David Bourget (Western Ontario)
David Chalmers (ANU, NYU)
Rafael De Clercq
Jack Alan Reynolds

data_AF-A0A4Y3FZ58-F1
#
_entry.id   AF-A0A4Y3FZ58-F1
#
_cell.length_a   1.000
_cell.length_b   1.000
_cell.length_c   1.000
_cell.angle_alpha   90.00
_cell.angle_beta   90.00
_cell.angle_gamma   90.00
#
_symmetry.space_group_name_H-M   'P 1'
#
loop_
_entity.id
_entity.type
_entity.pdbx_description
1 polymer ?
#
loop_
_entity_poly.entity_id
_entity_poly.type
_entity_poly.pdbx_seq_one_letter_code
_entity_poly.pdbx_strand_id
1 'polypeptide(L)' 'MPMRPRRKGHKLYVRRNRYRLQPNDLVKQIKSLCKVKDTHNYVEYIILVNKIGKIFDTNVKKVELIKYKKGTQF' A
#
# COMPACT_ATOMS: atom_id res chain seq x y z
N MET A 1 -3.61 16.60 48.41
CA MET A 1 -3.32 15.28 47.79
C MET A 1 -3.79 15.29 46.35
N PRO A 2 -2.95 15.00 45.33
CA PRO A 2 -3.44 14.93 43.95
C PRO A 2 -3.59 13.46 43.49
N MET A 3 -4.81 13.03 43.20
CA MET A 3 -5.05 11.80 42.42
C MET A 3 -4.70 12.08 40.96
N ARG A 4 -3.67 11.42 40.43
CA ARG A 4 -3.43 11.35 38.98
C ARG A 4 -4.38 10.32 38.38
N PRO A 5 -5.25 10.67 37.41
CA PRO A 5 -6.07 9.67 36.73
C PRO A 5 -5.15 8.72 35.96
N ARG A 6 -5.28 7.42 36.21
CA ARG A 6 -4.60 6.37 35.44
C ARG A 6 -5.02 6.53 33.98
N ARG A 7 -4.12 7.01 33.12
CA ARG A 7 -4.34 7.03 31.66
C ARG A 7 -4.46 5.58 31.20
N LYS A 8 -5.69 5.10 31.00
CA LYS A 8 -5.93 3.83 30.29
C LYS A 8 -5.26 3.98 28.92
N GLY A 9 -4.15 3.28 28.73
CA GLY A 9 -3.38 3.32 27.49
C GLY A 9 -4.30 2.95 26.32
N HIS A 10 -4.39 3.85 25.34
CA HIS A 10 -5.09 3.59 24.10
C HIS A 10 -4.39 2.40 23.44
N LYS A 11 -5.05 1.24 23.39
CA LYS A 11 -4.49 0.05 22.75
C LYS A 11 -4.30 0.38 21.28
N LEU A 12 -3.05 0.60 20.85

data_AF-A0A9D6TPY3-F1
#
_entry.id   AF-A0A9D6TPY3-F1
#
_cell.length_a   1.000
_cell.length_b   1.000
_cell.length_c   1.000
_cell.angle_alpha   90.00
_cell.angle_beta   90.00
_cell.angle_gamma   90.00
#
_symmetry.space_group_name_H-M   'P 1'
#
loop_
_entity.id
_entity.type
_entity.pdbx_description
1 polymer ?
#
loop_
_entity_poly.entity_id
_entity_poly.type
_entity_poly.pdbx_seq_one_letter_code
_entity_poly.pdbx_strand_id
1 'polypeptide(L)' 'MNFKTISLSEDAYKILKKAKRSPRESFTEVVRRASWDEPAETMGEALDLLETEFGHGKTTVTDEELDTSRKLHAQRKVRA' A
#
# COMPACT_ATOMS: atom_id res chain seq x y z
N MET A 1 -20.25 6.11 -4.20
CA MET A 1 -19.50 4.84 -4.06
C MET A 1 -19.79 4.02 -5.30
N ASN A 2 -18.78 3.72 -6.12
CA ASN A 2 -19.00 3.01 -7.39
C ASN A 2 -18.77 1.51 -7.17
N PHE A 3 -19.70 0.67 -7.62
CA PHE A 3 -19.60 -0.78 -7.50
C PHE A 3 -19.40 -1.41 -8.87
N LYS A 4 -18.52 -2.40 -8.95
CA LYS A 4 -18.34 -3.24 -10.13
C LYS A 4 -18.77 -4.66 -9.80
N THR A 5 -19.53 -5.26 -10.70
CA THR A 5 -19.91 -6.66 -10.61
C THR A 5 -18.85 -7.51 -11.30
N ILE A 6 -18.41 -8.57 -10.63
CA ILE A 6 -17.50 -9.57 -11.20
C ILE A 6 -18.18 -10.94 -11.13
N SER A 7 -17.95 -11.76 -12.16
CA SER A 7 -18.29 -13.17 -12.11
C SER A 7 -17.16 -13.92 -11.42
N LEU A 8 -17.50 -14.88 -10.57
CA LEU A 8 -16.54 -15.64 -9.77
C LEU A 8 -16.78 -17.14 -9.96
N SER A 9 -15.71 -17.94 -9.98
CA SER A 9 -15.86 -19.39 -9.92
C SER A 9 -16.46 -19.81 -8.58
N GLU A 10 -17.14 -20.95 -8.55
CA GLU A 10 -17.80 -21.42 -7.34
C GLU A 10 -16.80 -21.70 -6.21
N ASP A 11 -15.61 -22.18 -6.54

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Tribal sovereignty is a story told by tribal leaders and advocates for decades to federal and state governments and courts. This story has led to significant political and economic gains for Indian people, but the story is getting old. While the pre-contact Indian communities relied upon storytelling to communicate important social norms, the conquest of Indian nations eviscerated that capacity. Indian people, in order to preserve the right to legal self-determination, must restore their own unique customs and traditions and incorporate those elements into modern tribal law. This paper analyzes four short stories by the renowned Spokane-Coeur d'Alene author, Sherman Alexie, stories about modern Indian people living in a world dominated by non-Indian culture and government. The paper highlights areas where new stories may inform tribal government choices as to tribal law and policy, including tribal membership and cultural property. Tribal law and sovereignty cannot exist in the long-term without reference to and a direct connection to the new stories of Indian people living today.
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